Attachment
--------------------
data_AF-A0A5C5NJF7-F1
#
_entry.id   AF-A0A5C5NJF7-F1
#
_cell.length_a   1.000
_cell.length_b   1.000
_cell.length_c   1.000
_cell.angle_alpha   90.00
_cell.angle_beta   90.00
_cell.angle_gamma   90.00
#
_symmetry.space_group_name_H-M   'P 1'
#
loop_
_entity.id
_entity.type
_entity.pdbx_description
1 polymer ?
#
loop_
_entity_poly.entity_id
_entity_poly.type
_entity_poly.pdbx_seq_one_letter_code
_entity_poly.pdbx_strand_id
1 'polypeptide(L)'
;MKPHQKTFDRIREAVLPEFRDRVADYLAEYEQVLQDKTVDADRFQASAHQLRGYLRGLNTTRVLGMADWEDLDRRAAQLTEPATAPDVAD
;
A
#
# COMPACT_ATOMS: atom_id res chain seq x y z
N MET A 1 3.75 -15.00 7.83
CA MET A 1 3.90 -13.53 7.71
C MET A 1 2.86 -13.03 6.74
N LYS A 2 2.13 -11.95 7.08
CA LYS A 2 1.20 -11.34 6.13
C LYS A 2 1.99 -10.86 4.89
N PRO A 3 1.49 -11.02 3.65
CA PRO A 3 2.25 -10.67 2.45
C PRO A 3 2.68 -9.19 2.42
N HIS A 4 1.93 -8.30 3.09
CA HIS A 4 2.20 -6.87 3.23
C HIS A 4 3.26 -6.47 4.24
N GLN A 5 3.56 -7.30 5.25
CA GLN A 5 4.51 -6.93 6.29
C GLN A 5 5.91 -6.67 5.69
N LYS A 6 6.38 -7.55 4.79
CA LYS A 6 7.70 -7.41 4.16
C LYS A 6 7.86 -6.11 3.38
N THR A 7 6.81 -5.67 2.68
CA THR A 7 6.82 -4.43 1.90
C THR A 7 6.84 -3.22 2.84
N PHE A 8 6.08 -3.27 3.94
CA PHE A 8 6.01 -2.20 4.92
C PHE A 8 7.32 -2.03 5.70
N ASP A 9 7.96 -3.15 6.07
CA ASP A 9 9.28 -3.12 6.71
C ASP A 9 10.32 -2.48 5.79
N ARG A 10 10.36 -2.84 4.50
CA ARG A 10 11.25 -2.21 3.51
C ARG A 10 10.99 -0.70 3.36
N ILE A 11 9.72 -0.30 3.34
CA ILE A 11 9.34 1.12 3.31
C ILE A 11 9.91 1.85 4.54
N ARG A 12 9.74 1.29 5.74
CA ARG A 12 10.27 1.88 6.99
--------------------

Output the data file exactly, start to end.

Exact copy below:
data_AF-A0A5C5NJF7-F1
#
_entry.id   AF-A0A5C5NJF7-F1
#
_cell.length_a   1.000
_cell.length_b   1.000
_cell.length_c   1.000
_cell.angle_alpha   90.00
_cell.angle_beta   90.00
_cell.angle_gamma   90.00
#
_symmetry.space_group_name_H-M   'P 1'
#
loop_
_entity.id
_entity.type
_entity.pdbx_description
1 polymer ?
#
loop_
_entity_poly.entity_id
_entity_poly.type
_entity_poly.pdbx_seq_one_letter_code
_entity_poly.pdbx_strand_id
1 'polypeptide(L)'
;MKPHQKTFDRIREAVLPEFRDRVADYLAEYEQVLQDKTVDADRFQASAHQLRGYLRGLNTTRVLGMADWEDLDRRAAQLTEPATAPDVAD
;
A
#
# COMPACT_ATOMS: atom_id res chain seq x y z
N MET A 1 3.75 -15.00 7.83
CA MET A 1 3.90 -13.53 7.71
C MET A 1 2.86 -13.03 6.74
N LYS A 2 2.13 -11.95 7.08
CA LYS A 2 1.20 -11.34 6.13
C LYS A 2 1.99 -10.86 4.89
N PRO A 3 1.49 -11.02 3.65
CA PRO A 3 2.25 -10.67 2.45
C PRO A 3 2.68 -9.19 2.42
N HIS A 4 1.93 -8.30 3.09
CA HIS A 4 2.20 -6.87 3.23
C HIS A 4 3.26 -6.47 4.24
N GLN A 5 3.56 -7.30 5.25
CA GLN A 5 4.51 -6.93 6.29
C GLN A 5 5.91 -6.67 5.69
N LYS A 6 6.38 -7.55 4.79
CA LYS A 6 7.70 -7.41 4.16
C LYS A 6 7.86 -6.11 3.38
N THR A 7 6.81 -5.67 2.68
CA THR A 7 6.82 -4.43 1.90
C THR A 7 6.84 -3.22 2.84
N PHE A 8 6.08 -3.27 3.94
CA PHE A 8 6.01 -2.20 4.92
C PHE A 8 7.32 -2.03 5.70
N ASP A 9 7.96 -3.15 6.07
CA ASP A 9 9.28 -3.12 6.71
C ASP A 9 10.32 -2.48 5.79
N ARG A 10 10.36 -2.84 4.50
CA ARG A 10 11.25 -2.21 3.51
C ARG A 10 10.99 -0.70 3.36
N ILE A 11 9.72 -0.30 3.34
CA ILE A 11 9.34 1.12 3.31
C ILE A 11 9.91 1.85 4.54
N ARG A 12 9.74 1.29 5.74
CA ARG A 12 10.27 1.88 6.99